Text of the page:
• Liu Lirong “The Evolution of China’s EU Policy: From Mao’s Intermediate Zone to a Strategic Partnership Based on Non-Shared Values.” Journal of European Integration History 18, no.1 (2012): 11-23.
  • Smith, Micheal E. (2016) “EU Diplomacy and the EU – China strategic relationship: framing,negotiation and management“, 7571 (May); abrufbar unter

Further Readings on China’s Foreign Policy:

  • Jacobson, Linda and Knox, Dean (2010) New Foreign Policy Actors in China, Policy Paper no.26., Stockholm International Peace Research Institute, Stockholm; aufrufbar unter:
  • Wang Feiling (2005), “Preservation, Prosperity and Power: What Motivates China’s Foreign Policy?” Journal of Contemporary China 14, no.45 669-694.
  • Wang Jisi (März-April 2011), “China’s Search for a Grand Strategy: a Rising Great Power Finds Its Way” in: Foreign Affairs

Further Readings on EU’s Foreign Policy:

  • Smith, Michael E. (2011) “A Liberal Grand Strategy in a Realist World? Power, Purpose and the EU’s Changing Global Role.” Journal of European Public Policy 18, no.2 144-163.
  • Murdoch, Zuzana (2012) “Negotiating the European External Action Service (EEAS): Analyzing the External Effects of Internal (Dis)Agreement.” Journal of Common Market Studies 50, no. 6: 1011–1027.

China in Africa
China in Africa has quickly become one of the most hyped research sub-disciplines. Research work on the topic has mostly involved economic analysis, work on labor and aid as well as discussion on a supposed neo-exploitative model of China. While the category is not dedicated in those research topics, authors are encouraged to reflect the colonial legacy of European Powers and discuss other aspects of Chinese-African relations, e.g. from a civil society perspective. Contributions in this category should reflect that Chinese actors in Africa are not unitary. Also, work that treats “Africa” as one big country cannot be accepted.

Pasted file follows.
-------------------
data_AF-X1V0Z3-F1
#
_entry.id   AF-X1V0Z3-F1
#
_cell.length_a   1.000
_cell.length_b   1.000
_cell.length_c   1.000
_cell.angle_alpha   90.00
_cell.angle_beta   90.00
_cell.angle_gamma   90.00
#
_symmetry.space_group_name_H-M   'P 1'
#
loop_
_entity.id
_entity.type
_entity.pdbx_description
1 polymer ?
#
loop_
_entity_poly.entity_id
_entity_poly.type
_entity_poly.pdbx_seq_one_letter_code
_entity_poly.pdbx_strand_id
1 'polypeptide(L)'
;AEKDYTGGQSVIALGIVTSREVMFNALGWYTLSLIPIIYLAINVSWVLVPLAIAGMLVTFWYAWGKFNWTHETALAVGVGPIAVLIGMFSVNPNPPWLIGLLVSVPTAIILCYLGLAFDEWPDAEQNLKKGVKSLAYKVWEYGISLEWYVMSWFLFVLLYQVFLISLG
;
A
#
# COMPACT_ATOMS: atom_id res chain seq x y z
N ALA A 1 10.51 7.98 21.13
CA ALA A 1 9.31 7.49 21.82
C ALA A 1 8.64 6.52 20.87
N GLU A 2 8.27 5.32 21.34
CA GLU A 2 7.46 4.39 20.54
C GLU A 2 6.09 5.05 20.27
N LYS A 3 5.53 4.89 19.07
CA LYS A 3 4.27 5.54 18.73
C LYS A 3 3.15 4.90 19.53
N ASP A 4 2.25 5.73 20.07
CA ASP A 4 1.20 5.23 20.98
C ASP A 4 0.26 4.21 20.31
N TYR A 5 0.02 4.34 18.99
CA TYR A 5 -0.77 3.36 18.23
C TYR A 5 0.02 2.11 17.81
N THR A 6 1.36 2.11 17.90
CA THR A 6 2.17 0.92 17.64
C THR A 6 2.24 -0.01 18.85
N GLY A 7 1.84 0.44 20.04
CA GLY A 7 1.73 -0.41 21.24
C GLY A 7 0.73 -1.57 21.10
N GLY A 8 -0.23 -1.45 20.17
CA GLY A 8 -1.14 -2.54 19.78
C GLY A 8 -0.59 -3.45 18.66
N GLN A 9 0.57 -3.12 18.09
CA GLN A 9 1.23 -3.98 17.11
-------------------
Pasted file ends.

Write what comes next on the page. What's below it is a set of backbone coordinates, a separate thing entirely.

Read more in German here.
Further Readings:

  • Alden, Chris (2007). China in Africa. Zed Books, London.
  • Dent, Christopher M. (2011). China and Africa Development Relations. Routledge, London.
  • French, Howard W. (2015). China’s second continent: How a million migrants are building a new empire in Africa. Vintage Books, New York.
  • Manji, Firoze; Marks, Stephen (2007). African Perspectives on China in Africa. Fahamu, Cape Town, Nairobi, Oxford.
  • Taylor, Ian (2010). China’s new role in Africa. Lynne Rienner Publishers, Boulder.
  • Zhao, Suisheng (2014). A Neo-Colonialist Predator or Development Partner? China’s
    engagement and rebalance in Africa. Journal of Contemporary China, 23: 90, pp. 1033-1052.

Political Participation